Monday, 1 May 2017

Augher Castle

THE CARMICHAEL-FERRALLS OWNED 236 ACRES OF LAND IN COUNTY TYRONE

HIS EXCELLENCY LIEUTENANT-GENERAL SIR HUGH LYLE CARMICHAEL (1764-1813), Governor of Demerara, by Catherine his wife, last surviving child and heiress of Dr John Ferrall, of Jervis Street, Dublin, had issue,

LIEUTENANT-COLONEL JOHN O'FERRALL CARMICHAEL, 18th Regiment and 6th Dragoon Guards, of Duncroft House, Staines, Middlesex (d 1836), who wedded Elizabeth, daughter of the Rt Rev John Porter, Lord Bishop of Clogher, and had issue,
JOHN JERVIS O'FERRALL, his heir;
Mary A, m Ven C Burney, Archdeacon of Kingston-on-Thames.
His only son,

CAPTAIN JOHN JERVIS O'FERRALL CARMICHAEL-FERRALL JP RN (1820-1904), of Augher Castle, County Tyrone, served under Admiral Sir Charles Napier off the coast of Syria, and had the British and Turkish medals.

He married, in 1850, Margaret, daughter of Sir John Nugent Humble, 1st Baronet, of Cloncoskoran, County Waterford, and had issue, an only child,
JOHN, of Augher Castle.
Captain Carmichael-Ferrall assumed the additional surname and arms of FERRALL in 1852.

He was succeeded by his son,

JOHN CARMICHAEL-FERRALL JP DL (1855-c1925), of Augher Castle, Barrister, High Sheriff of Tyrone, 1907, who wedded, in 1899, Elizabeth Emily (1856-1946), third daughter of the Rev David Henry Elrington, Vicar of Swords, County Dublin, and Matilda Rowena, his wife, daughter of the Rev Pierce William Drew, of the Strand House, Youghal.



SPUR ROYAL, also known as Augher Castle, stands outside Augher, County Tyrone.

It was originally a square, three-storey Plantation castle, with a peculiar triangular tower in the middle of each of its sides.

It was built ca 1615 by Sir Thomas Ridgeway, Earl of Londonderry, on the site of an older fortress.


The Castle was burnt in 1689 by the Jacobites, though was restored in 1832 by Sir James Richardson-Bunbury, 2nd Baronet, who added two castellated wings.

Augher Castle in 1770

The original castle (above) consisted of a pentagonal tower surrounded by a wall twelve feet high and flanked by four circular towers.

The wall has been removed, though one of the round towers has been restored.

The entrance gateway has also been removed and rebuilt on an elevated situation commanding some fine views, in which the remains of the old castle form an interesting object.

The mansion is situated in a well-wooded demesne of 220 acres, and on the edge of a picturesque lake.

Founded in the early 17th century, part of the bawn of the original house is incorporated into the present house of 1827 by Warren.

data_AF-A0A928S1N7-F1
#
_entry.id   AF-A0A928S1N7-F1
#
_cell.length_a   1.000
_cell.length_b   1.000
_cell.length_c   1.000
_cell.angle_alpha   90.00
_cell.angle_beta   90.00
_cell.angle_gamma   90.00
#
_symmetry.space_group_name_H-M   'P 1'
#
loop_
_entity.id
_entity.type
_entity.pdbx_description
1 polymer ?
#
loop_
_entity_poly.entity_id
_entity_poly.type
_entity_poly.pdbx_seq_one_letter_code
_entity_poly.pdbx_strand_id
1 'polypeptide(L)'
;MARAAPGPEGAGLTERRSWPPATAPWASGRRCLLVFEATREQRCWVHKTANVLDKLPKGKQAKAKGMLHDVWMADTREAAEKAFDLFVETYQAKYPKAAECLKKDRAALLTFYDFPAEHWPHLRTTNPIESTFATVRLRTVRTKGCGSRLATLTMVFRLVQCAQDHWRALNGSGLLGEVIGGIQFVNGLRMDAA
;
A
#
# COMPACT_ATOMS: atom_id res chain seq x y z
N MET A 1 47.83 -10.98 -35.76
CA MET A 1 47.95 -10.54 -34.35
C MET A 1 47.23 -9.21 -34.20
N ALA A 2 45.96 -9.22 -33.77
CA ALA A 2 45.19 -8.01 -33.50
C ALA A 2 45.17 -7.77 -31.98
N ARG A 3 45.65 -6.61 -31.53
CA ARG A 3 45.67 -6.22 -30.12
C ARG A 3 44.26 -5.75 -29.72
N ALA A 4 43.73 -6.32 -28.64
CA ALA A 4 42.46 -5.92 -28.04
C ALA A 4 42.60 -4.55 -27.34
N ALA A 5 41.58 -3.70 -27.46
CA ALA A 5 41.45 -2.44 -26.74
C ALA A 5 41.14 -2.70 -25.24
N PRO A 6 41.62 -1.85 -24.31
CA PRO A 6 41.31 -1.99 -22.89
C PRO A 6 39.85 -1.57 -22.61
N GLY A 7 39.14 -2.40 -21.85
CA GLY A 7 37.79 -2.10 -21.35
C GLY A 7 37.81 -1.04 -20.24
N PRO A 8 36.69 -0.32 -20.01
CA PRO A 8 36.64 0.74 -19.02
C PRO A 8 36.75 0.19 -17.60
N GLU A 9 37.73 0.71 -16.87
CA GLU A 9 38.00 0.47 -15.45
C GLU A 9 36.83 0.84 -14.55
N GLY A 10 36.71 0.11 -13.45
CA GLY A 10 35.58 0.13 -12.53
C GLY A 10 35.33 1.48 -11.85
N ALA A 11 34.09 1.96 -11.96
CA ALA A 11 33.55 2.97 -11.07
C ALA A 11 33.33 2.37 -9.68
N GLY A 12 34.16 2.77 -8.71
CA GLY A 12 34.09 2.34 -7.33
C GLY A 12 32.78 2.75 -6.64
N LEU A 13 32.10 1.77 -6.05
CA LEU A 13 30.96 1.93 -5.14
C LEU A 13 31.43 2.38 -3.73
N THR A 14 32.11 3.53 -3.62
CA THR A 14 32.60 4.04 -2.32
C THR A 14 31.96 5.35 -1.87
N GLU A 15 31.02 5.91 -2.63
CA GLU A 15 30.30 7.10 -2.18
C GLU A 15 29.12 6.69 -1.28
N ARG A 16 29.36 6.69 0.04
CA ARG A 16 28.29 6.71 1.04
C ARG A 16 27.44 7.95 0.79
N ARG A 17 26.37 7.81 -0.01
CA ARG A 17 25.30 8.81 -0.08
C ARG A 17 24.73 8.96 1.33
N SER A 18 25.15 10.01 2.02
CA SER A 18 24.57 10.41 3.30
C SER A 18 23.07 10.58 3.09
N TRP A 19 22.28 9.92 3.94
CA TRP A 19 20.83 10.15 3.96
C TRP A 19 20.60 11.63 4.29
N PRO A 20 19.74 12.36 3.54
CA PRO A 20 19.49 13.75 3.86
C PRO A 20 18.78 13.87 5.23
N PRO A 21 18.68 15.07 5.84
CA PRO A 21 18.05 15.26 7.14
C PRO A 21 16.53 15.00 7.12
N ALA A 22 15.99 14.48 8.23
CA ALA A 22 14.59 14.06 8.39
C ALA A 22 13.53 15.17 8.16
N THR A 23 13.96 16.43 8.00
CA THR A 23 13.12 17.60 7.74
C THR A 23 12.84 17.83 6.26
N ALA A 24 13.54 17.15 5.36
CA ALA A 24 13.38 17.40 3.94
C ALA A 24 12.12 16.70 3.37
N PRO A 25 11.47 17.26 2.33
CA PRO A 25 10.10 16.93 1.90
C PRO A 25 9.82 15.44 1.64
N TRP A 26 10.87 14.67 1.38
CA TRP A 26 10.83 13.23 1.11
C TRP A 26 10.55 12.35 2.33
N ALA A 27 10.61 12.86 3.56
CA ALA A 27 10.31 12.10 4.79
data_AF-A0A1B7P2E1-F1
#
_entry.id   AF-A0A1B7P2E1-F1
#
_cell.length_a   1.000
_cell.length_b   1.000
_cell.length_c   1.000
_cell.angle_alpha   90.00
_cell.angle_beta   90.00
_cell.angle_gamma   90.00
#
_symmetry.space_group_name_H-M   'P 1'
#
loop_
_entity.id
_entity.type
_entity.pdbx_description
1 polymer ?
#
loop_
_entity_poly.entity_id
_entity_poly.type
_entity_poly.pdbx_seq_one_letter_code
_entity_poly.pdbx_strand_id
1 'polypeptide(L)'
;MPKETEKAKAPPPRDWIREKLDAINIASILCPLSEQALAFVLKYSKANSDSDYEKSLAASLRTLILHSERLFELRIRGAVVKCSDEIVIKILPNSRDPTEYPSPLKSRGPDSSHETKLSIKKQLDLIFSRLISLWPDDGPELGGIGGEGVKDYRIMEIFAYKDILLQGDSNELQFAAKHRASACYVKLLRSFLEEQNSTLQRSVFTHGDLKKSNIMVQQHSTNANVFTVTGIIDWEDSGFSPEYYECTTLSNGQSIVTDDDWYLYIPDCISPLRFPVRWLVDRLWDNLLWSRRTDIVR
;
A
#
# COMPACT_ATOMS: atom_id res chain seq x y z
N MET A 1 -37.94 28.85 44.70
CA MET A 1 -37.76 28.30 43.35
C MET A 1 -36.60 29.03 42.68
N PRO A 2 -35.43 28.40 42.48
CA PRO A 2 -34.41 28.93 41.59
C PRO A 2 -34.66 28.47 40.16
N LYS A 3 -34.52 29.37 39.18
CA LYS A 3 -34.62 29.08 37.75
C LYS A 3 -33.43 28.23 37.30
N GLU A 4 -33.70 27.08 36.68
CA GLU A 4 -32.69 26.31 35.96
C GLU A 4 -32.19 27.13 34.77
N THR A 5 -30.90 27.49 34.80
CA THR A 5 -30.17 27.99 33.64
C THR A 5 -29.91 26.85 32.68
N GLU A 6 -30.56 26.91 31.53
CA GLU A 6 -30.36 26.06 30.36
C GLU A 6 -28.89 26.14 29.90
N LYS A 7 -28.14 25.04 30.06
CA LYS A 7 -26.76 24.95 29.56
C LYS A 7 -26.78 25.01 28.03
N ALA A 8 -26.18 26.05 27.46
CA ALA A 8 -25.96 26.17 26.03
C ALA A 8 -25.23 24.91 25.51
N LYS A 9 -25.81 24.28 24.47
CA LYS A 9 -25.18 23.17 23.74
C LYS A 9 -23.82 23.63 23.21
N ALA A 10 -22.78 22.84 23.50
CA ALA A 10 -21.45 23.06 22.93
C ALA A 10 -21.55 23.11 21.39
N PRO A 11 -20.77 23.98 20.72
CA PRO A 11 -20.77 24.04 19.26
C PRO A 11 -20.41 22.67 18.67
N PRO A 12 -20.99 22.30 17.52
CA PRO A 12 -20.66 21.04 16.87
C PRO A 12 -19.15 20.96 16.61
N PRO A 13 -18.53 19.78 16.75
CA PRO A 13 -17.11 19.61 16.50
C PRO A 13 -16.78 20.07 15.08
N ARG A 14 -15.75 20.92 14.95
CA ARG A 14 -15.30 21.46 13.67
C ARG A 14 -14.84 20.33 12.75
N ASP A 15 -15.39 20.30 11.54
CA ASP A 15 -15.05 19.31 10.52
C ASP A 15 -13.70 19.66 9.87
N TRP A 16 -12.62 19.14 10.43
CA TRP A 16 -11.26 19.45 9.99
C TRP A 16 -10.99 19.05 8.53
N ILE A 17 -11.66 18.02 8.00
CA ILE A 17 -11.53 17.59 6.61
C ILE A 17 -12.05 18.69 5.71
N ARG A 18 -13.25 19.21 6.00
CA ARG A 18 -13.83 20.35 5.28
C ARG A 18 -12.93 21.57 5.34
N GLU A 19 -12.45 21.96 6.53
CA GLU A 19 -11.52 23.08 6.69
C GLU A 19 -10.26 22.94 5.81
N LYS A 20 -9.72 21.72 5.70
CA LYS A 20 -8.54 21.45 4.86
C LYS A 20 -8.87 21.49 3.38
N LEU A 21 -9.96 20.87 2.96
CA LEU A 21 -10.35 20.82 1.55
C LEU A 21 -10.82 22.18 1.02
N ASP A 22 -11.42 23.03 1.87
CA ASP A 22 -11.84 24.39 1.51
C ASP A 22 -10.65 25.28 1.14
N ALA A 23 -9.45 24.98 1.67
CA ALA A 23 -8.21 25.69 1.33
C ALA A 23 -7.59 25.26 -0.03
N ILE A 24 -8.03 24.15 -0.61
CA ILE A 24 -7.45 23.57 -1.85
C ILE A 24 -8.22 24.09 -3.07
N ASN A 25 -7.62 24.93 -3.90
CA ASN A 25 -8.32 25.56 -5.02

It has passed through many hands in recent times and little parkland remains.

A large portion of the present holding is taken up by the lake, making a spectacular setting for the house, which is surrounded by lawns and shelter trees.

Few mature trees remain of a once, ‘tastefully wooded’ site.

The walled garden is concreted.

There is a gate lodge of ca 1840.
At the time of the Plantation of Ulster, by virtue of a decree by JAMES I in 1611, Sir Thomas Ridgway, treasurer at war for Ireland, received, in 1613, a grant of 315 acres of land in the barony of Clogher, under an agreement that he should, within four years, settle on a parcel of land called Augher twenty Englishmen or Scots, chiefly artificers and tradesmen, to be incorporated as burgesses and made a body politic within the said four years; and should set apart convenient places for the site of the town, churchyard, market-place, and public school; he was likewise to assign to the burgesses houses and lands and 30 acres of commons.
Sir Thomas Ridgeway also received, in 1611, the grant of a market and two fairs to be held here.

In 1613, the town and precincts, with the exception of a fort and bawn called Spur Royal which had been erected, were created a borough. 

Spur Royal photo credit:  Kenneth Allen.  First published in October, 2010.

2 comments :

Anonymous said...

I found the article interesting, I was looking for a name for the castle. I always knew it as Augher castle. I was disappointed by the article neglecting to mention the rich Gaelic history of the site. The previous 'fortress'was also an important O'Neill crannog, home to Art McBaron O'Neill father of Owen Roe O'Neill.

Brian Ridgeway said...

Sir Thomas Ridgeway is my 11G grandfather. ..I must visit this place...